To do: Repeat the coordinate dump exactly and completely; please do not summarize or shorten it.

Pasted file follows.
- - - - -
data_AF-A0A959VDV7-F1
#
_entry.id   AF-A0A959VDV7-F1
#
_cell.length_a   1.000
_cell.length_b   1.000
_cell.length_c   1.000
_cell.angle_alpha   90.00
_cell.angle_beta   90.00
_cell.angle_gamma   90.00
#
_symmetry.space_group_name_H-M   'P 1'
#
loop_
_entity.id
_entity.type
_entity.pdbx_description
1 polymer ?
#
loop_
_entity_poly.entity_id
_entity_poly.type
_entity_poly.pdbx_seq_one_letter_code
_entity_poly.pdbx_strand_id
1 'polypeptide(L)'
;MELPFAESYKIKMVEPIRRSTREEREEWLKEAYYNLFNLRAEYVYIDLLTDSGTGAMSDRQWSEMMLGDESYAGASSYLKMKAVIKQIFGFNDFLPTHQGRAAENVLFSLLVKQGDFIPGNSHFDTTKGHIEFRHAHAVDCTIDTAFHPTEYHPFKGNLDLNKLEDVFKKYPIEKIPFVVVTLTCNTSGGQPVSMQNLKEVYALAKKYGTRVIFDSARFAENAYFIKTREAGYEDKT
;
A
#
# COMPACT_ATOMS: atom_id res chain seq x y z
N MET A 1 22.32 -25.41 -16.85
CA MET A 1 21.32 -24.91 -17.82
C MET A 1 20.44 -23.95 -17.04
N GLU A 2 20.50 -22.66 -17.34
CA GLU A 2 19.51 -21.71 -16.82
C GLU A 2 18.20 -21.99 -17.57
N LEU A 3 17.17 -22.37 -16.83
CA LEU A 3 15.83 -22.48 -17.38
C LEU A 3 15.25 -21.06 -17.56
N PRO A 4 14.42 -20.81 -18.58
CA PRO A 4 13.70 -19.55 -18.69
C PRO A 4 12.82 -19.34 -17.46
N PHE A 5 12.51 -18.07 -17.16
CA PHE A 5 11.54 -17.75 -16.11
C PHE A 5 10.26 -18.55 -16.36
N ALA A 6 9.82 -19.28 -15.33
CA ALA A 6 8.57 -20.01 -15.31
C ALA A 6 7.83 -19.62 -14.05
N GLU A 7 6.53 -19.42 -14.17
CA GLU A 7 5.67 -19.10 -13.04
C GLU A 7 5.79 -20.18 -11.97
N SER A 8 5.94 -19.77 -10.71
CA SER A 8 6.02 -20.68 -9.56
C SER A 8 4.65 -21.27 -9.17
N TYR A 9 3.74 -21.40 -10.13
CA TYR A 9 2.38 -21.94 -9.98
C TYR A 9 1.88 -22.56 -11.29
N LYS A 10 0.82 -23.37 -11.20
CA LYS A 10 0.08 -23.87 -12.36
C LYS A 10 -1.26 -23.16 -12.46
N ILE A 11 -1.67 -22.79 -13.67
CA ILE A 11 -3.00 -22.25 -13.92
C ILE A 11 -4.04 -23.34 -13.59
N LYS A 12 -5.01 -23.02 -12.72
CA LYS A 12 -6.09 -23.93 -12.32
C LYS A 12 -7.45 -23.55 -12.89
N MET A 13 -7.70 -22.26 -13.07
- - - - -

data_AF-A0A959VDV7-F1
#
_entry.id   AF-A0A959VDV7-F1
#
_cell.length_a   1.000
_cell.length_b   1.000
_cell.length_c   1.000
_cell.angle_alpha   90.00
_cell.angle_beta   90.00
_cell.angle_gamma   90.00
#
_symmetry.space_group_name_H-M   'P 1'
#
loop_
_entity.id
_entity.type
_entity.pdbx_description
1 polymer ?
#
loop_
_entity_poly.entity_id
_entity_poly.type
_entity_poly.pdbx_seq_one_letter_code
_entity_poly.pdbx_strand_id
1 'polypeptide(L)'
;MELPFAESYKIKMVEPIRRSTREEREEWLKEAYYNLFNLRAEYVYIDLLTDSGTGAMSDRQWSEMMLGDESYAGASSYLKMKAVIKQIFGFNDFLPTHQGRAAENVLFSLLVKQGDFIPGNSHFDTTKGHIEFRHAHAVDCTIDTAFHPTEYHPFKGNLDLNKLEDVFKKYPIEKIPFVVVTLTCNTSGGQPVSMQNLKEVYALAKKYGTRVIFDSARFAENAYFIKTREAGYEDKT
;
A
#
# COMPACT_ATOMS: atom_id res chain seq x y z
N MET A 1 22.32 -25.41 -16.85
CA MET A 1 21.32 -24.91 -17.82
C MET A 1 20.44 -23.95 -17.04
N GLU A 2 20.50 -22.66 -17.34
CA GLU A 2 19.51 -21.71 -16.82
C GLU A 2 18.20 -21.99 -17.57
N LEU A 3 17.17 -22.37 -16.83
CA LEU A 3 15.83 -22.48 -17.38
C LEU A 3 15.25 -21.06 -17.56
N PRO A 4 14.42 -20.81 -18.58
CA PRO A 4 13.70 -19.55 -18.69
C PRO A 4 12.82 -19.34 -17.46
N PHE A 5 12.51 -18.07 -17.16
CA PHE A 5 11.54 -17.75 -16.11
C PHE A 5 10.26 -18.55 -16.36
N ALA A 6 9.82 -19.28 -15.33
CA ALA A 6 8.57 -20.01 -15.31
C ALA A 6 7.83 -19.62 -14.05
N GLU A 7 6.53 -19.42 -14.17
CA GLU A 7 5.67 -19.10 -13.04
C GLU A 7 5.79 -20.18 -11.97
N SER A 8 5.94 -19.77 -10.71
CA SER A 8 6.02 -20.68 -9.56
C SER A 8 4.65 -21.27 -9.17
N TYR A 9 3.74 -21.40 -10.13
CA TYR A 9 2.38 -21.94 -9.98
C TYR A 9 1.88 -22.56 -11.29
N LYS A 10 0.82 -23.37 -11.20
CA LYS A 10 0.08 -23.87 -12.36
C LYS A 10 -1.26 -23.16 -12.46
N ILE A 11 -1.67 -22.79 -13.67
CA ILE A 11 -3.00 -22.25 -13.92
C ILE A 11 -4.04 -23.34 -13.59
N LYS A 12 -5.01 -23.02 -12.72
CA LYS A 12 -6.09 -23.93 -12.32
C LYS A 12 -7.45 -23.55 -12.89
N MET A 13 -7.70 -22.26 -13.07